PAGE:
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I know that in order to know something, in some cases we don't necessarily need to know its final cause, because sometimes the efficient cause might be enough to give a full explanation. But I wonder if you can help me understand if all substances, perceptible or non perceptible, have final causes. I would also be grateful if you could direct me to some source that discusses precisely this issue. References from the original texts of Aristotle would also be appreciated.

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  • Cause in ancient phil is both cause in the modern sense: something producing an effect, and this is mainly A's efficient cause, but also the "reason why" (Plato's Forms) and this are mainly A's formal and final causes. Feb 15 at 11:34
  • See A on Causality: The Explanatory Priority of Final Causes. For A a "full explanation" needs final causes in order to reply to the question: “What is its good?”, i.e. in order to understand for the sake of which something is done or takes place. Feb 15 at 13:23
  • Aristotle does suggest that one has to ascribe final causes to substances in nature to explain the regularities of natural processes, see SEP. However, generally, his "causes" are devices of explanation and not necessarily something inherent in things. So he can be interpreted as saying not that substances themselves "have" final causes, but rather that our explanations are incomplete without including the ultimate outcomes. He is more definitive only on parts of living beings really "having" final causes.
    – Conifold
    Feb 15 at 21:11

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The two main passages where Aristotle deals with his doctrine of four causes are in his work Metaphysics and in his work Physics.

  1. Metaphysics: Greek, English

ἐπεὶ δὲ φανερὸν ὅτι τῶν ἐξ ἀρχῆς αἰτίων δεῖ λαβεῖν [25] ἐπιστήμην (τότε γὰρ εἰδέναι φαμὲν ἕκαστον, ὅταν τὴν πρώτην αἰτίαν οἰώμεθα γνωρίζειν), τὰ δ᾽ αἴτια λέγεται τετραχῶς, ὧν μίαν μὲν αἰτίαν φαμὲν εἶναι τὴν οὐσίαν καὶ τὸ τί ἦν εἶναι (ἀνάγεται γὰρ τὸ διὰ τί εἰς τὸν λόγον ἔσχατον, αἴτιον δὲ καὶ ἀρχὴ τὸ διὰ τί πρῶτον), ἑτέραν δὲ τὴν ὕλην [30] καὶ τὸ ὑποκείμενον, τρίτην δὲ ὅθεν ἡ ἀρχὴ τῆς κινήσεως, τετάρτην δὲ τὴν ἀντικειμένην αἰτίαν ταύτῃ, τὸ οὗ ἕνεκα καὶ τἀγαθόν (τέλος γὰρ γενέσεως καὶ κινήσεως πάσης τοῦτ᾽ ἐστίν), (Met. Book I, Chap. 3, 983a)

It is clear that we must obtain knowledge of the primary causes, because it is when we think that we understand its primary cause that we claim to know each particular thing. Now there are four recognized kinds of cause. Of these we hold that one is the essence or essential nature of the thing (since the "reason why" of a thing is ultimately reducible to its formula, and the ultimate "reason why" is a cause and principle); another is the matter or substrate; the third is the source of motion; and the fourth is the cause which is opposite to this, namely the purpose or "good";for this is the end of every generative or motive process.

  1. Physics Greek English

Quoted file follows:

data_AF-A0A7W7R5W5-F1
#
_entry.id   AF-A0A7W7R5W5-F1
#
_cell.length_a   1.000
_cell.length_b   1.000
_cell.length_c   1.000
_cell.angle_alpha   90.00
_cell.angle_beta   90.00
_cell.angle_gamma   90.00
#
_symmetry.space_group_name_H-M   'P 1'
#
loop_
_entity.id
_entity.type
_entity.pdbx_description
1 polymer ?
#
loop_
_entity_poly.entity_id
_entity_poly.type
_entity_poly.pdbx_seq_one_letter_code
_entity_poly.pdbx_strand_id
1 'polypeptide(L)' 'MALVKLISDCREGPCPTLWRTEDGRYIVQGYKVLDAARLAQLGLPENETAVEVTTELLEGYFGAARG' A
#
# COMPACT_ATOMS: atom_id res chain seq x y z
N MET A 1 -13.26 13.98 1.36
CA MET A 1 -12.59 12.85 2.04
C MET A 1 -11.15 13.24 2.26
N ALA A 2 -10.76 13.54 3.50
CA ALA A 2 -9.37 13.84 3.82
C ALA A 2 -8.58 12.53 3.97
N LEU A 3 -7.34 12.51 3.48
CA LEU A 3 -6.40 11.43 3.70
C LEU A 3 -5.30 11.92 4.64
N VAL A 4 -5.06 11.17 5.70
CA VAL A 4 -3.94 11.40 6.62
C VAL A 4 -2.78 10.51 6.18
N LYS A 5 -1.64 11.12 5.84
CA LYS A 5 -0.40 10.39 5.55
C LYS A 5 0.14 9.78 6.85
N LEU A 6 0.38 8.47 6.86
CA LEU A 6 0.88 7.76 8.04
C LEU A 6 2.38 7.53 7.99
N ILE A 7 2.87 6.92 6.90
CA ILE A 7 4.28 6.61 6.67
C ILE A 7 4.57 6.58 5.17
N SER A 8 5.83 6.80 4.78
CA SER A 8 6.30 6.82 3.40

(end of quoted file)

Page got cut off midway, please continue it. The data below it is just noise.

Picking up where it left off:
ἕνα μὲν οὖν τρόπον αἴτιον λέγεται τὸ ἐξ οὗ γίγνεταί τι ἐνυπάρχοντος, οἷον ὁ χαλκὸς τοῦ ἀνδριάντος καὶ ὁ ἄργυρος τῆς φιάλης καὶ τὰ τούτων γένη· ἄλλον δὲ τὸ εἶδος καὶ τὸ παράδειγμα, τοῦτο δʼ ἐστὶν ὁ λόγος ὁ τοῦ τί ἦν εἶναι καὶ τὰ τούτου γένη (οἷον τοῦ διὰ πασῶν τὰ δύο πρὸς ἕν, καὶ ὅλως ὁ ἀριθμός) καὶ τὰ μέρη τὰ ἐν τῷ λόγῳ. ἔτι ὅθεν ἡ ἀρχὴ τῆς μεταβολῆς ἡ πρώτη ἢ τῆς ἠρεμήσεως, οἷον ὁ βουλεύσας αἴτιος, καὶ ὁ πατὴρ τοῦ τέκνου, καὶ ὅλως τὸ ποιοῦν τοῦ ποιουμένου καὶ τὸ μεταβάλλον τοῦ μεταβαλλομένου. ἔτι ὡς τὸ τέλος· τοῦτο δʼ ἐστὶν τὸ οὗ ἕνεκα, οἶον τοῦ περιπατεῖν ἡ ὑγίεια· διὰ τί γὰρ περιπατεῖ; φαμέν “ἵνα ὑγιαίνῃ”, καὶ εἰπόντες οὕτως οἰόμεθα ἀποδεδωκέναι τὸ αἶτιον. καὶ ὅσα δὴ κινήσαντος ἄλλου μεταξὺ γίγνεται τοῦ τέλους, οἷον τῆς ὑγιείας ἡ ἰσχνασία ἢ ἡ κάθαρσις [*]ἢ τὰ φάρμακα ἢ τὰ ὄργανα· πάντα γὰρ ταῦτα τοῦ τέλους ἕνεκά ἐστιν, διαφέρει δὲ ἀλλήλων ὡς ὄντα τὰ μὲν ἔργα τὰ δʼ ὄργανα. (Book II, Chap. 3, 194b)

In one sense, then, (1) that out of which a thing comes to be and which persists, is called ‘cause’, e.g. the bronze of the statue, the silver of the bowl, and the genera of which the bronze and the silver are species. In another sense (2) the form or the archetype, i.e. the statement of the essence, and its genera, are called ‘causes’ (e.g. of the octave the relation of 2:1, and generally number), and the parts in the definition. Again (3) the primary source of the change or coming to rest; e.g. the man who gave advice is a cause, the father is cause of the child, and generally what makes of what is made and what causes change of what is changed. Again (4) in the sense of end or ‘that for the sake of which’ a thing is done, e.g. health is the cause of walking about. (‘Why is he walking about?’ we say. ‘To be healthy’, and, having said that, we think we have assigned the cause.) The same is true also of all the intermediate steps which are brought about through the action of something else as means towards the end, e.g. reduction of flesh, purging, drugs, or surgical instruments are means towards health. All these things are ‘for the sake of’ the end, though they differ from one another in that some are activities, others instruments.

  1. Aristotle gives several examples how and when to ask for these different types of causes. He does not apply these causes to substances. Instead he investigates the causes for different kind of observed changes. This shows up in particular when dealing with the four causes in the context of his work on physics.

    In his later work "Metaphysics" Aristotle takes the term “cause” in a more general abstract sense.

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